PRAYER: Thinking About Speaking And Listening, by Marjorie Procter-Smith

From The Church in her House

Prayer is simply conversation.  Granted, it is conversation with the Holy One, who is creator and sustainer of all that is, so not just any kind of conversation.  But it is best to begin by thinking about the character of ordinary conversations, in their simplicity as well as their complexity, before we turn our thoughts to divine conversation.

The best conversations we can think of are, at heart, occasions of reciprocity.  We engage both in speaking and in listening.  When we speak, we aim to be as truthful and clear as possible.  When we listen, we aim to be as attentive and compassionate as we can.  And when both conversation partners aim for both, then true conversation takes place.  Such occasions, we know, can be quite rare.  They grow best in the soil of radical equality, in a relationship of equals.  But when they happen, we have a glimpse of what divine conversation can be.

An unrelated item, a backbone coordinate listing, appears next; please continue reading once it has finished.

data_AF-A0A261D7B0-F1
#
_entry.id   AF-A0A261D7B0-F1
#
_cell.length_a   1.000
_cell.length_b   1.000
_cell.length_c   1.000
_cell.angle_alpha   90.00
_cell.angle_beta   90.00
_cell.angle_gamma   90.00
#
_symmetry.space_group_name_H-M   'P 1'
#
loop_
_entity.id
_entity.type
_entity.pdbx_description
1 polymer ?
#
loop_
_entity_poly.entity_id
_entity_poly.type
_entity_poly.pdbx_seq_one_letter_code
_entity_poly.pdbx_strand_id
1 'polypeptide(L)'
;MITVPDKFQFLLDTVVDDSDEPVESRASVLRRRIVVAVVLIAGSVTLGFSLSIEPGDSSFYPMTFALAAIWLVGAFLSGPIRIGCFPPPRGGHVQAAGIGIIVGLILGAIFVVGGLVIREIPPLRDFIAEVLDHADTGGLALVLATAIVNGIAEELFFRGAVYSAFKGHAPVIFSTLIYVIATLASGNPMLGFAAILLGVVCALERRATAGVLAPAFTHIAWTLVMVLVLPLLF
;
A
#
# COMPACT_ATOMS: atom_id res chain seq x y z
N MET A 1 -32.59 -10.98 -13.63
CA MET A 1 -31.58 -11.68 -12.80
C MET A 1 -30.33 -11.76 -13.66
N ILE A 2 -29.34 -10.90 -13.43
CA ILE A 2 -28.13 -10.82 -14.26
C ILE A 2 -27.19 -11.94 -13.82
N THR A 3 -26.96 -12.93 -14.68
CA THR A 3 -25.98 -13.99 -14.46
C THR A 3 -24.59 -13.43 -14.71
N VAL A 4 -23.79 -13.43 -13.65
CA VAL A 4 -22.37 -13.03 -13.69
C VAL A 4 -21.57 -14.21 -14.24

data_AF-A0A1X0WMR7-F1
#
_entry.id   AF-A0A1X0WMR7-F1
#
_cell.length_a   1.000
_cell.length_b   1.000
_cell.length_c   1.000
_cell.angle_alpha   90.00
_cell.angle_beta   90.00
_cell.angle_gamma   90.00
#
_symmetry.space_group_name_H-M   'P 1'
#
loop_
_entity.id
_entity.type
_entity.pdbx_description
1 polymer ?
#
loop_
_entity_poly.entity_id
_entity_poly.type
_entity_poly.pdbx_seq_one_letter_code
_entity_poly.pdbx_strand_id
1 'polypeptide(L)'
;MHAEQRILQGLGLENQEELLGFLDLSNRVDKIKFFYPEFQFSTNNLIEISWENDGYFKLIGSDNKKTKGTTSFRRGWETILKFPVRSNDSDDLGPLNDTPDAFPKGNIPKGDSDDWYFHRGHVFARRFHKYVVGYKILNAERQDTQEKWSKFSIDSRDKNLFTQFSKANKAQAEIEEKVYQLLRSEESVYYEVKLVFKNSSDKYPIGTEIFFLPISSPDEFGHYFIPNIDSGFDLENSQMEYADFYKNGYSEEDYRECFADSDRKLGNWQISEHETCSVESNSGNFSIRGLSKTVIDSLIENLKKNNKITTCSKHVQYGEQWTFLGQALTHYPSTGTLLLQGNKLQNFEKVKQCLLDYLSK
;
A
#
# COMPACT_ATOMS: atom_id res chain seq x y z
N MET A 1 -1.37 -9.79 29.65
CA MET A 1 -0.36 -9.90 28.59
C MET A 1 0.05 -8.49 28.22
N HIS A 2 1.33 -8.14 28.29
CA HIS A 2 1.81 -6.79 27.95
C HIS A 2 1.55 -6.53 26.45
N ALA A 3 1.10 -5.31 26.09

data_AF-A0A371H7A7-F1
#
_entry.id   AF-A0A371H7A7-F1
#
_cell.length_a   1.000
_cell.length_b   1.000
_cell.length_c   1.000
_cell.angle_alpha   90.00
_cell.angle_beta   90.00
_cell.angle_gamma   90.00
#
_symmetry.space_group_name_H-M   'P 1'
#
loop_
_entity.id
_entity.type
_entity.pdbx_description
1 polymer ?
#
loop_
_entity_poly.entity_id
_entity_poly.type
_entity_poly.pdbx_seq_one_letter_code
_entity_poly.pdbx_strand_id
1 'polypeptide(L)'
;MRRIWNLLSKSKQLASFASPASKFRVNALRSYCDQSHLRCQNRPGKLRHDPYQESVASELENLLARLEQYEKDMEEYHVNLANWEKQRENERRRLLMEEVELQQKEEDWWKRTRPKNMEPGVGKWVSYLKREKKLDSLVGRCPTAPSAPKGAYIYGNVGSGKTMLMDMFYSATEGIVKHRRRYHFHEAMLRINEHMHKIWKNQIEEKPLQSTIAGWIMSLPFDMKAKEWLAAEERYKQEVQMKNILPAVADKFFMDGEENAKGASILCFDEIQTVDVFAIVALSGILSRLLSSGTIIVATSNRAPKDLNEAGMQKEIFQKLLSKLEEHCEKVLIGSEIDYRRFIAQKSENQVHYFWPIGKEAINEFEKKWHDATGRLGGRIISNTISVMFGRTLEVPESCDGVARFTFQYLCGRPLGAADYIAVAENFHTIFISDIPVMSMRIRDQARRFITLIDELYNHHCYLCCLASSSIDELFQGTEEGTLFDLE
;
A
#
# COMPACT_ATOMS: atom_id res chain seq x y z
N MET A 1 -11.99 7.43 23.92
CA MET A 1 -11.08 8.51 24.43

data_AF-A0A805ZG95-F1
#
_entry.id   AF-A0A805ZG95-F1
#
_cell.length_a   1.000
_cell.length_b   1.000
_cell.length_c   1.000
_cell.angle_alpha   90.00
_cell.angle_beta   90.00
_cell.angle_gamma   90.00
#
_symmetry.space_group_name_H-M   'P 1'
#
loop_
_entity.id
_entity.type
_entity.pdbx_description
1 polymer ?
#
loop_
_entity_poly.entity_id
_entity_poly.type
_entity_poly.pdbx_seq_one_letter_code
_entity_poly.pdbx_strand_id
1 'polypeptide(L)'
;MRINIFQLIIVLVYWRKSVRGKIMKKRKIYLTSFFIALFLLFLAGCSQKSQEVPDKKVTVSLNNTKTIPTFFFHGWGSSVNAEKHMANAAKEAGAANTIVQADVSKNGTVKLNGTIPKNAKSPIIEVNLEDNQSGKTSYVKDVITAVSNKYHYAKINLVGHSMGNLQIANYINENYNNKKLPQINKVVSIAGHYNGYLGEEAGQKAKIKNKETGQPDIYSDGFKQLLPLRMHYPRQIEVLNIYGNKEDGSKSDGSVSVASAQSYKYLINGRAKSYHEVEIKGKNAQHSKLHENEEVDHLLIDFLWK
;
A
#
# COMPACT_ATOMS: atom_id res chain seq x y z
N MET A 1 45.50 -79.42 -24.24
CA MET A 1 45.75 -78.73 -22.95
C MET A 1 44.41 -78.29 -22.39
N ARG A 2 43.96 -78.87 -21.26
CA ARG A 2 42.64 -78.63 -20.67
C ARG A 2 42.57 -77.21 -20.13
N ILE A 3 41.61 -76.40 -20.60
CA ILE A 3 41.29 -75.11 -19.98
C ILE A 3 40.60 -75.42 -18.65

In terms of content, conversations may either offer something (information, encouragement, or thanks for example).  These same categories apply to prayer conversation as well.  That is, we might offer something to the Holy One in prayer: thanks, praise, gifts.  Or we might ask for something from the Holy One in prayer: healing, forgiveness, protection, or simply to be heard.  But when we begin to think of conversation in terms of conversation with the Holy One, creator and sustainer of the universe, we begin to wonder, what can the nature of such conversation be?  If the best conversations are heart-to-heart, in honest speaking and compassionate listening, how can such a radically equal conversation take place between humans and the Holy?  Traditionally this dilemma of difference has been resolved by assigning to God the status of a human ruler or authority of some kind: king, father, or master, and by assuming that if the Holy One has much power, we humans (or other beings) must have less.